Saturday, February 18, 2023
Herriman Saturday: May 17 1910
May 17 1910 -- The boxing world has not come to a standstill while awaiting the Fight of the Century. Lew Powell and George Memsic are set to meet in the ring on the 21st. It's not a championship fight, but Memsic and Powell are both famous enough fighters that there's plenty of interest.
As Herriman's cartoon shows, many luminaries are in town to see the fight, including promoter Tom McCarey, fighters like Jeff Perry and England's Owen Moran, and actor DeWitt Van Court.
Labels: Herriman's LA Examiner Cartoons
Friday, February 17, 2023
Ink-Slinger Profiles by Alex Jay: Aldo Rubano
Labels: Ink-Slinger Profiles
Wednesday, February 15, 2023
Mystery Strip: The March of Science
Here's a strip that seems like it ought not to be mysterious. The March of Science was apparently a weekly strip offering of Science Service, with my only examples (above) from mid-1937. Now I will grant you that Science Service isn't exactly King Features, but they were a well-respected smaller syndicate that specialized in distributing science news and offering columns and inforgraphics on scientific subjects. Yes, a strip is a little off their regular radar, but it seems like a natural for them, and with their other material pretty popular, you'd think this strip would have attracted some clients.
However, beyond the two examples above, found in a small Virginia weekly paper, I cannot find any other evidence that this feature ever existed. Nothing on newspapers.com, nothing in E&P. Technically I can list a feature with as little as two known examples, but I would like to hold out for better data on this feature that SEEMS like it ought to be slightly less rare than teeth on a chicken.
If you have any examples of this feature in your collection, or can run some online searches at other archives, please let me know if you find anything!
Labels: Mystery Strips
"Hudson started his career at the Columbus Citizen in 1924, then worked at The Toledo Blade and the Cleveland News."
Monday, February 13, 2023
Obscurity of the Day: Looie the Bowler
Before daily comics became a metronomic list of the same titles every day of the year in your paper, you never knew from day to day what might show up. There were still series, but a given series might go on for a few days, a few weeks, or for years. It all depended on the series. Take Looie the Bowler for instance. The idea of a guy who speaks broken English and can make amazing trick bowling shots is great fun, but it has a very limited natural lifespan. And that was just fine in 1909 when cartoonists were freer to come up with new concepts and drop old ones once the humour had been wrung out. We've lost so much by tying our great cartoonists down, slaving over the same set of characters in the same situations year after year after year. Imagine what they could come up with if they had the freedom to jump around among subjects and characters to their hearts' content!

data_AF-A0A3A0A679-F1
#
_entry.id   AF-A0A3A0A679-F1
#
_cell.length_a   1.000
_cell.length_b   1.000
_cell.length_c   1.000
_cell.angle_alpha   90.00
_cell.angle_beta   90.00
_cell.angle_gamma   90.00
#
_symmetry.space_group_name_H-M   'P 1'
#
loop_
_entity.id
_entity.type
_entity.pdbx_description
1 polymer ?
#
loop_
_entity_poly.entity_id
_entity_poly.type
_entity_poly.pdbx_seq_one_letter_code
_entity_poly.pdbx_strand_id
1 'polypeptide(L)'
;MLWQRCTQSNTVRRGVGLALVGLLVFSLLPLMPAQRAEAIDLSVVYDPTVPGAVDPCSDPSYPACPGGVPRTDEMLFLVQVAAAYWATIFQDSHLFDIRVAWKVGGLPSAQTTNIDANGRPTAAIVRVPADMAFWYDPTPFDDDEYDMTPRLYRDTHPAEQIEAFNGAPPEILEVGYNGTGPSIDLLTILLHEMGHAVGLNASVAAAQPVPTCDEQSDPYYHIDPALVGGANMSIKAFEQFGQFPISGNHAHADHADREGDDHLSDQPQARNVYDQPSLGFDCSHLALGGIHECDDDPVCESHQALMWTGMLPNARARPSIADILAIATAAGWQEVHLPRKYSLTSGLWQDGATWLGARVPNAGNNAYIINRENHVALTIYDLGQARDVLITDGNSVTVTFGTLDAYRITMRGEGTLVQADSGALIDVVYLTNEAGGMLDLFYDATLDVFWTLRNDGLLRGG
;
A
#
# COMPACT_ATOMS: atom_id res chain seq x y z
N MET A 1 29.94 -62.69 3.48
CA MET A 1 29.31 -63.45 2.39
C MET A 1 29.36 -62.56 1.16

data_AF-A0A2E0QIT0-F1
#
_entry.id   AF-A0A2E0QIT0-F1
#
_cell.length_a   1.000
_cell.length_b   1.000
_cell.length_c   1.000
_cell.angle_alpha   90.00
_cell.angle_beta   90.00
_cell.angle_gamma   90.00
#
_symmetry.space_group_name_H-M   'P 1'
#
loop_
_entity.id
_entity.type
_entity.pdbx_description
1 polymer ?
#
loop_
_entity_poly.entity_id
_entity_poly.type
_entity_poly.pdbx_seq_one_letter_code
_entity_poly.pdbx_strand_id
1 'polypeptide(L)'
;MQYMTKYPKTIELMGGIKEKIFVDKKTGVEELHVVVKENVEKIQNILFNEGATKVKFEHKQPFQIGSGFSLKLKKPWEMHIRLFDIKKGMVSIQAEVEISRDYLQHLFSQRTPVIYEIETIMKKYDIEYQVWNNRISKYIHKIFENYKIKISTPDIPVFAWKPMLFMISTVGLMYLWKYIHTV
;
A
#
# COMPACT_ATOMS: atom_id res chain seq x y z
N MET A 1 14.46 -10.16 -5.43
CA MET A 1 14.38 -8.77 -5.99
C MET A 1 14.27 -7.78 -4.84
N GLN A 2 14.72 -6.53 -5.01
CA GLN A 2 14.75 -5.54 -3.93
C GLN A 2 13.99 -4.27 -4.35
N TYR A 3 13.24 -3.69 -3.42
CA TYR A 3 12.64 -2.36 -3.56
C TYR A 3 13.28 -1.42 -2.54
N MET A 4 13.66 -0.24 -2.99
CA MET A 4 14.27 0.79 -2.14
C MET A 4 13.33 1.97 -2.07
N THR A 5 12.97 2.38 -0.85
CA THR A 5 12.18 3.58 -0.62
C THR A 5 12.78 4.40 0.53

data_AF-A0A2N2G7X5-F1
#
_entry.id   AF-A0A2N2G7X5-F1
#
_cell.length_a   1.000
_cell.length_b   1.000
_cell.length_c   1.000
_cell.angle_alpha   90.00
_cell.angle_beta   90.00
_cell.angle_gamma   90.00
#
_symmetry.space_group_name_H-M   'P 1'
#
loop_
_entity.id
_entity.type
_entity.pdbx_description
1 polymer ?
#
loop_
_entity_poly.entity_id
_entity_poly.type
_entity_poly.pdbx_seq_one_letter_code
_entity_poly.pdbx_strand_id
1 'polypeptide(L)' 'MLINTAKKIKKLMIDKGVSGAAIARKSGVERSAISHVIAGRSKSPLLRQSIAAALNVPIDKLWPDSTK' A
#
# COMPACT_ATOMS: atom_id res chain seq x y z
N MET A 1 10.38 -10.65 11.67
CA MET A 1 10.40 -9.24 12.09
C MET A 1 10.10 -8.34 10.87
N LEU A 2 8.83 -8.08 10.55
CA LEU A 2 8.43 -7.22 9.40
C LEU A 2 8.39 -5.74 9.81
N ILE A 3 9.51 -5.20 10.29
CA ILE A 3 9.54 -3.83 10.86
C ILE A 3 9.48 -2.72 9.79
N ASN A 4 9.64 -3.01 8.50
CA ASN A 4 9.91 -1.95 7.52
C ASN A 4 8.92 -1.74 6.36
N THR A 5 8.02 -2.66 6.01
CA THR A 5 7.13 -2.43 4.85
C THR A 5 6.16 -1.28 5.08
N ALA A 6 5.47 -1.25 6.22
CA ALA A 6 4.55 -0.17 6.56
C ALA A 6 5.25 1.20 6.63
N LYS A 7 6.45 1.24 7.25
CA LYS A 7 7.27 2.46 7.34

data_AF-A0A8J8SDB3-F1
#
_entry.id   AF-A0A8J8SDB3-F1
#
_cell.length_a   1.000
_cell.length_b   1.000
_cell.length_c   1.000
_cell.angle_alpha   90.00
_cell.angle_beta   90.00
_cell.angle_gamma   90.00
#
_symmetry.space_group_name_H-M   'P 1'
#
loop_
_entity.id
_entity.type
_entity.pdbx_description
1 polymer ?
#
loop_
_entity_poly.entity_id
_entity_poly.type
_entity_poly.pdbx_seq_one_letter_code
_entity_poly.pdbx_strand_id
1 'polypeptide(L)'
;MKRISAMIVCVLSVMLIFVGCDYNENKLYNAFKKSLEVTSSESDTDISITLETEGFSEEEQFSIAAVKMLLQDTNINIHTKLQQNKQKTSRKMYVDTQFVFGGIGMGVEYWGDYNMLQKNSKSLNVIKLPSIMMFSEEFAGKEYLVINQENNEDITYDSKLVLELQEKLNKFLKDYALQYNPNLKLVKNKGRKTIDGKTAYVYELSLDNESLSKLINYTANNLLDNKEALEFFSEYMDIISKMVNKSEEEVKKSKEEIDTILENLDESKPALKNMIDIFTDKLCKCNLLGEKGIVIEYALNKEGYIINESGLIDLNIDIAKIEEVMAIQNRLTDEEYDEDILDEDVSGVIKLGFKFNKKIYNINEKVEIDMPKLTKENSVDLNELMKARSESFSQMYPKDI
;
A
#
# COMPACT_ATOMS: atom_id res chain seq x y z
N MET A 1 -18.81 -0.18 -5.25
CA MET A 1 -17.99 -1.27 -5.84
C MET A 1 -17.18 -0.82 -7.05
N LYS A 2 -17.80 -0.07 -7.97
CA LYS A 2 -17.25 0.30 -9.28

But I digress. Looie the Bowler ran on occasional weekdays from January 25 to June 11 1909, penned by that workhorse of the New York Evening World, Ferd Long. Ferd was a tremendously funny guy, but evidently never quite got the hang of logical panel placement (see upper sample).
I presume the proper order is (1-2) the two small panels at upper left (3-4) the tall panels in the middle (5) the upper right panel (6) the lower left panel and (7) the lower right panel.
It doesn't help that the one pin left standing, the one Looie knocks down to make his spare, isn't shown in (5)...or is it a printing error and that blemish is where the pin was supposed to be?
Sunday, February 12, 2023
Wish You Were Here, from Dwig
Here's a card from Dwig's School Days series, aka Raphael Tuck Series 170, which seems to have been produced sometime between 1907 and 1910. These Tuck cards are top-notch productions with embossing and metallic ink, both features I cannot reproduce for you effectively on your screen.
Labels: Wish You Were Here